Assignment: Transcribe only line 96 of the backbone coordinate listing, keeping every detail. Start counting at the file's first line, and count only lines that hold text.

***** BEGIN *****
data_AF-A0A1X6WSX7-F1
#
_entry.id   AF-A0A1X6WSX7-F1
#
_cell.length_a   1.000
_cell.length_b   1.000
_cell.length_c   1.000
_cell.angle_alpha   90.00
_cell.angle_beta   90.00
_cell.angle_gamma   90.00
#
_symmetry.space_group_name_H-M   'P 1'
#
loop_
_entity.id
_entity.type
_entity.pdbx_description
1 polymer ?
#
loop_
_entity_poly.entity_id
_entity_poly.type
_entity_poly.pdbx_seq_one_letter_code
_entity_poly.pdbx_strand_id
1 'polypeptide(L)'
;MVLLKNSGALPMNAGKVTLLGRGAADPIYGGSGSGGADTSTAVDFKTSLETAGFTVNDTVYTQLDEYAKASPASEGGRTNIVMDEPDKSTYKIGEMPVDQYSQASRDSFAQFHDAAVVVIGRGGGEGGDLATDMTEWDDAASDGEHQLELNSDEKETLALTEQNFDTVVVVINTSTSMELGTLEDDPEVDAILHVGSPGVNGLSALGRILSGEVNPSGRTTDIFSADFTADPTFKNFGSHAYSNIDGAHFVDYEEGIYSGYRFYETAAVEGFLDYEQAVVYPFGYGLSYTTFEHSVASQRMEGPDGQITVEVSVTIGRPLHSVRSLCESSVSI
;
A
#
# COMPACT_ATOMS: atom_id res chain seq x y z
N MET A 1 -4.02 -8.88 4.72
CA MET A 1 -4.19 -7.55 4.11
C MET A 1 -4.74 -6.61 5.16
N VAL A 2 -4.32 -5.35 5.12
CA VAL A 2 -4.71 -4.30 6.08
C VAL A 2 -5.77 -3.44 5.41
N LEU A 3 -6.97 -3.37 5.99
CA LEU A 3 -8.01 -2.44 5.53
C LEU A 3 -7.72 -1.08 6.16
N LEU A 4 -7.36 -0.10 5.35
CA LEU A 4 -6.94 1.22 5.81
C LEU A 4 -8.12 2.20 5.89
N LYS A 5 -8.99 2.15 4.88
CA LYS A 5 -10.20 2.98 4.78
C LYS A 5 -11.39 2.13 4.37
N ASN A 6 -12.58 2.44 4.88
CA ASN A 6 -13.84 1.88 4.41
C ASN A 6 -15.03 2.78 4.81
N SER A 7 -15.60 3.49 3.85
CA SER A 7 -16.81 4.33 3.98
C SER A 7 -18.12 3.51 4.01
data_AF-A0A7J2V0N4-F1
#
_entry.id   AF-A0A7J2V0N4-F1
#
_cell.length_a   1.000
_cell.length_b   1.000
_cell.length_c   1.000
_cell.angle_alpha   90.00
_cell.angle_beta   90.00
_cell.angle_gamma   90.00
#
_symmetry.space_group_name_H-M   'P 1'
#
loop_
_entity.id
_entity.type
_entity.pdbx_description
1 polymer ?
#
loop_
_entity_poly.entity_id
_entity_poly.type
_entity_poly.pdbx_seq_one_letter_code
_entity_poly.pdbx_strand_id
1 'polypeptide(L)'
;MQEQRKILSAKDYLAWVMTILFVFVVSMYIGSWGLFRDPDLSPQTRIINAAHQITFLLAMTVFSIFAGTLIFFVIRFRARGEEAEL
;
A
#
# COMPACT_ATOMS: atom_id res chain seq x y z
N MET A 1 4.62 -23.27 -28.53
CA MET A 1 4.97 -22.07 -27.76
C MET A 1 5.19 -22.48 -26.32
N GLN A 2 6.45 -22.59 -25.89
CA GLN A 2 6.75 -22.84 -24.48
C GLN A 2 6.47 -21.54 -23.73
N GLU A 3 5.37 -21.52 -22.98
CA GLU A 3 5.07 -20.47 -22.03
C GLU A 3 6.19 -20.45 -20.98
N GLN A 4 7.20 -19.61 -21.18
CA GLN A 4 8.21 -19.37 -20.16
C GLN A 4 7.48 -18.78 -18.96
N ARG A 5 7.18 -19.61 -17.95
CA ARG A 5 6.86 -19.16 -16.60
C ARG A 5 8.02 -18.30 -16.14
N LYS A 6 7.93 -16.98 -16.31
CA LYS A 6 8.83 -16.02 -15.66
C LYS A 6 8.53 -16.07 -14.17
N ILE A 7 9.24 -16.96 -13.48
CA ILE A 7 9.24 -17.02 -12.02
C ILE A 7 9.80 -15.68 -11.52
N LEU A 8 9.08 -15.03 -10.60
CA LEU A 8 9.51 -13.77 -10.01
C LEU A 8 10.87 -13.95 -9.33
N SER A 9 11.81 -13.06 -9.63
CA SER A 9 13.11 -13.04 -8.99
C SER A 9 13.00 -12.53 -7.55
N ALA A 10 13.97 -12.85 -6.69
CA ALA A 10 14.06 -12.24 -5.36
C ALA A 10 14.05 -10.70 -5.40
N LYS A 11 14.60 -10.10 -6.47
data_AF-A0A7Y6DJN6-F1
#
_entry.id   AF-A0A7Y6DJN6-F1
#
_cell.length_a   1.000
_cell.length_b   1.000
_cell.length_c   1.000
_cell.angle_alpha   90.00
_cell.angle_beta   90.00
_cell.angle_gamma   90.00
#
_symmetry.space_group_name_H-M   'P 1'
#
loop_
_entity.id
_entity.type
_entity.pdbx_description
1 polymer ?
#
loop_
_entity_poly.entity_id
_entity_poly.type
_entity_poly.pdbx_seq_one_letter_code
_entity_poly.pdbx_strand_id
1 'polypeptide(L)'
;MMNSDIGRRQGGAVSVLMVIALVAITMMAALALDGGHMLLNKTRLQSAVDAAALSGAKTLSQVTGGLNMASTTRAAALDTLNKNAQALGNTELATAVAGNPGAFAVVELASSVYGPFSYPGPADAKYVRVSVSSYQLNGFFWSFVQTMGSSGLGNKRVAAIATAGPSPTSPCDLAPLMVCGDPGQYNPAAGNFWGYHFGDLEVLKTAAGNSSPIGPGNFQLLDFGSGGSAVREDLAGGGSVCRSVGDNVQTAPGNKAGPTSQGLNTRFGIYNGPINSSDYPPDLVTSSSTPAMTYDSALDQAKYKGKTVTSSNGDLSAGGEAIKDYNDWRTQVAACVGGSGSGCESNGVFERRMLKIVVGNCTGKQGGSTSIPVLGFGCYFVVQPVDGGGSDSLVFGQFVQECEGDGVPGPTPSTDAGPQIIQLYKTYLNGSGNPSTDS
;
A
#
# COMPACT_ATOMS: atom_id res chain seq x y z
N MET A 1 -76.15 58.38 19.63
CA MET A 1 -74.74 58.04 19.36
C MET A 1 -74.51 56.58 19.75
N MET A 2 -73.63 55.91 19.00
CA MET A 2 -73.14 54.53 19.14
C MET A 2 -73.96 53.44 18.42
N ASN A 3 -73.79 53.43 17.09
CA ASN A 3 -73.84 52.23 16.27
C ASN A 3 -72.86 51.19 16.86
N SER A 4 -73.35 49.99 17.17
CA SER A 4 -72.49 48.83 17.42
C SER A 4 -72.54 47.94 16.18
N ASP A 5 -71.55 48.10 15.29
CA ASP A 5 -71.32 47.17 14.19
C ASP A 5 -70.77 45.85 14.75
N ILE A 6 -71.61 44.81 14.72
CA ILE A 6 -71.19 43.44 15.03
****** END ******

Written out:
C ARG A 5 8.02 -18.30 -16.14